Here is an interesting piece about running a non-profit organization.
To transform lofty aspirations into quantifiable impact, nonprofits need to become more familiar with traditional business tools such as business plans, precise mission statements, and goal setting to improve their performance.
That was the message from Jeff Bradach, co-founder and managing partner of The Bridgespan Group, a not-for-profit strategic consulting firm dedicated to nonprofits. Bradach spoke to an audience at Harvard Business School on January 21, 2004 as part of the Social Enterprise Faculty Seminar Series.
Today's business climate demands accountability from organizations. At the same time, both for-profit and nonprofit companies are subject to intense media scrutiny and increased expectations to account for their actions. These changes, Bradach said, are starting to have a profound effect on how nonprofits view themselves. There is growing competitive pressure on nonprofits to focus on their organizations and strategies, not just the social value their organization creates. Even more importantly, nonprofits are beginning to look at ways to produce measurable proof that what they do works.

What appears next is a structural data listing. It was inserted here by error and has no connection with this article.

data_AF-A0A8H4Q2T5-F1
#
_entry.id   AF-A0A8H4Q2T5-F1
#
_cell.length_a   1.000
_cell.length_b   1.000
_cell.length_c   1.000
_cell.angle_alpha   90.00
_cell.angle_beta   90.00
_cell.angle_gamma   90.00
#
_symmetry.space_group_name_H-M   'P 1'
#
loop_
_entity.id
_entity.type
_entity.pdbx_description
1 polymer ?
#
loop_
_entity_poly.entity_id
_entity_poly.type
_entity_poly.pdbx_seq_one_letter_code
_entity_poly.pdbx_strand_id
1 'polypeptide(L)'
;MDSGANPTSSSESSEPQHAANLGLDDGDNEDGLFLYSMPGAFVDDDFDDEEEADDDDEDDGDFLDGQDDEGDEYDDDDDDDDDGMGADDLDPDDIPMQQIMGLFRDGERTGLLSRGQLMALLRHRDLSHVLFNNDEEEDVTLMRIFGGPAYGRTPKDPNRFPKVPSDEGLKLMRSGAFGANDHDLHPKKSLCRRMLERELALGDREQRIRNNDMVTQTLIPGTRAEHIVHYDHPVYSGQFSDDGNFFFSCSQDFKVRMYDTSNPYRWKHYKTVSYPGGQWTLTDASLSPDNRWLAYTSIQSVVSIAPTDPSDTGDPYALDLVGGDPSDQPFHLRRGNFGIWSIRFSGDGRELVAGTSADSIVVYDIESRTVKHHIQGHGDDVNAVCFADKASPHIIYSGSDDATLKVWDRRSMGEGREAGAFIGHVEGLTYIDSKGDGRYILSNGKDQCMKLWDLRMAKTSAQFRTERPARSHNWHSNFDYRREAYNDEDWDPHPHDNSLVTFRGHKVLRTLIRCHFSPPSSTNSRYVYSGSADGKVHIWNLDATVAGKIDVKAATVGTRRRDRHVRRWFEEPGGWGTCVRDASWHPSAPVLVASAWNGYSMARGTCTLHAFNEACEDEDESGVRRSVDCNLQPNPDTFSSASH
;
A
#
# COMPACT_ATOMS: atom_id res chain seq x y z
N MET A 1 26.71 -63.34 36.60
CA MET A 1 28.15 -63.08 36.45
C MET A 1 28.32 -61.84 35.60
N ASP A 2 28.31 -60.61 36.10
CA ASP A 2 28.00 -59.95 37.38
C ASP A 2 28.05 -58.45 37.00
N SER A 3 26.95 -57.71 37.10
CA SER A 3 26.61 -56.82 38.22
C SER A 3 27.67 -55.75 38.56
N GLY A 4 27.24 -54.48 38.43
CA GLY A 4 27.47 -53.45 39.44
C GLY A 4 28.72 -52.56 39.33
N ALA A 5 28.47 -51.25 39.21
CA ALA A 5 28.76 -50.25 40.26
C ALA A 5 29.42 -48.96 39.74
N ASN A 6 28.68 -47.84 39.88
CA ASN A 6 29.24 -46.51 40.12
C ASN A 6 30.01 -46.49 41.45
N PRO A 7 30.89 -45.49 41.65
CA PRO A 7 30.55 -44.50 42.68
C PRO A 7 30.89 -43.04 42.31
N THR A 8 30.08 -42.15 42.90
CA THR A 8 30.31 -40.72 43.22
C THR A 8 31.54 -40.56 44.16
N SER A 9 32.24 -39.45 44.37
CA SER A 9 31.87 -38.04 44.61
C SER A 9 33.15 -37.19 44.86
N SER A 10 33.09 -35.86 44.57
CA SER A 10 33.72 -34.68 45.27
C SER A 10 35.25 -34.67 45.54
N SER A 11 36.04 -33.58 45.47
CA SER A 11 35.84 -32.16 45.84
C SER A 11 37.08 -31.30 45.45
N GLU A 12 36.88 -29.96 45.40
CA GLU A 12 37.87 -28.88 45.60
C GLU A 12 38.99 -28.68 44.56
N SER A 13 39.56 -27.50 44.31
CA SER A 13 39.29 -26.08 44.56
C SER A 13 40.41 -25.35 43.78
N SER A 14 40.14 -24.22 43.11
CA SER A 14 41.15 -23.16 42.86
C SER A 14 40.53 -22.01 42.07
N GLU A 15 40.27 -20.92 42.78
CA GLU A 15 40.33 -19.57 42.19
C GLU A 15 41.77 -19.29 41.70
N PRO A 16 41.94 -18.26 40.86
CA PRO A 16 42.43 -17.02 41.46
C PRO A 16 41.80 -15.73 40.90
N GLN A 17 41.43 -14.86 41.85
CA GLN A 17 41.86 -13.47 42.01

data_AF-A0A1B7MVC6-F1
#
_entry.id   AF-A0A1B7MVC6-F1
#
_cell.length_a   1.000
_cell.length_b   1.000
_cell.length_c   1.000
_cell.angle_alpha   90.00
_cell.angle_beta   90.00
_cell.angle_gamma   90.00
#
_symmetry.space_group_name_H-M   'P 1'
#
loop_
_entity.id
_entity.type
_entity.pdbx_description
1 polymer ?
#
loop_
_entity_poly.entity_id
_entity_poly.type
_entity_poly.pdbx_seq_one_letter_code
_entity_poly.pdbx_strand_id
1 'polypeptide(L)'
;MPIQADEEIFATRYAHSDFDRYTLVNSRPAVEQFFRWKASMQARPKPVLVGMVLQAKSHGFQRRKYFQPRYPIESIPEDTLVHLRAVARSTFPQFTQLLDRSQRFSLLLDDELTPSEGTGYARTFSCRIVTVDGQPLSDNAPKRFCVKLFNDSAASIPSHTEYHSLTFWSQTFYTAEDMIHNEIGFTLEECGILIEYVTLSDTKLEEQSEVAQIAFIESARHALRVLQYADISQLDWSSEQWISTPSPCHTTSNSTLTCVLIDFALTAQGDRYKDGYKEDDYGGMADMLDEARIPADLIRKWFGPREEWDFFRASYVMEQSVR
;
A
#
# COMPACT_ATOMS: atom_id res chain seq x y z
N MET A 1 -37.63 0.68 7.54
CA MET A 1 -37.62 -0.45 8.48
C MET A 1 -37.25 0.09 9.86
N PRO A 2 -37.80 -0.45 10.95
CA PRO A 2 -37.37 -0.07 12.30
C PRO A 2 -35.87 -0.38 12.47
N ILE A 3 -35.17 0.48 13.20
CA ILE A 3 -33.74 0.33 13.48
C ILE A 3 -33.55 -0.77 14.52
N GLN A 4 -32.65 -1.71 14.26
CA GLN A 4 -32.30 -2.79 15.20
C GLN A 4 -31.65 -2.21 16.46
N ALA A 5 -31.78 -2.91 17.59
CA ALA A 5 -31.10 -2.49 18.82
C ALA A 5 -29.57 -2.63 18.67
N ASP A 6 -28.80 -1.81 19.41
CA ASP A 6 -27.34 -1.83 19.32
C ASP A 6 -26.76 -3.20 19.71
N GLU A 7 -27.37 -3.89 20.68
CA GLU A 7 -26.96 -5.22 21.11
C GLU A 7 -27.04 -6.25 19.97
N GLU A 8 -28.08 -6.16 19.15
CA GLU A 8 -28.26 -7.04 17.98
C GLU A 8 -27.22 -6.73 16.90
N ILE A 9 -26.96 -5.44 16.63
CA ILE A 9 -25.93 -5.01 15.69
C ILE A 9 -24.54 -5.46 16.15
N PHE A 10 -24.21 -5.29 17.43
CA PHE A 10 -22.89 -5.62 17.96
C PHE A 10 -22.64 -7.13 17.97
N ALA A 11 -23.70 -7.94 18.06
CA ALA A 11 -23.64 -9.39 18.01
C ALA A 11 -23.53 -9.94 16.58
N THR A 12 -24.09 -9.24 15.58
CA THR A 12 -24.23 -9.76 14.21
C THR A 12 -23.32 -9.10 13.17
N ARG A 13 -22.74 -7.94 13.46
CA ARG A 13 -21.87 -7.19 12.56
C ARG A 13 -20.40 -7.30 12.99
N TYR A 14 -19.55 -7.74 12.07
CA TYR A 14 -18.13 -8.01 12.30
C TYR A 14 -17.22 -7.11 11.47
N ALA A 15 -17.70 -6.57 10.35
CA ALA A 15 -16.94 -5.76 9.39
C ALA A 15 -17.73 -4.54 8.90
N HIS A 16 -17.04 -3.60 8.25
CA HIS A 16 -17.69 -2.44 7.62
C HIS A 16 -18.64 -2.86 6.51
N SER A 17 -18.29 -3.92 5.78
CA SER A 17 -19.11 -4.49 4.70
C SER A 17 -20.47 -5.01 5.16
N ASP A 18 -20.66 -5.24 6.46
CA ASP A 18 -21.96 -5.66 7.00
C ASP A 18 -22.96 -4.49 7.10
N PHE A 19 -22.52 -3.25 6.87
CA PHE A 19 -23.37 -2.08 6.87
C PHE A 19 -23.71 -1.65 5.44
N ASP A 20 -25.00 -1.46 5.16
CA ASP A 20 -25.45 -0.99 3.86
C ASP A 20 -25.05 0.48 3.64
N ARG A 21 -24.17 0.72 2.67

I don't think this is out of the scope of "business," because it is the same thing only results are measured in social impact instead of profits. Many of the same management principles apply to non-profits. What I think is difficult with this field is that because the work of non-profits is usually based on need, they often fail to maximize their social impact. Some are more focused on intentions rather than results, and that can negatively affect the way they are run.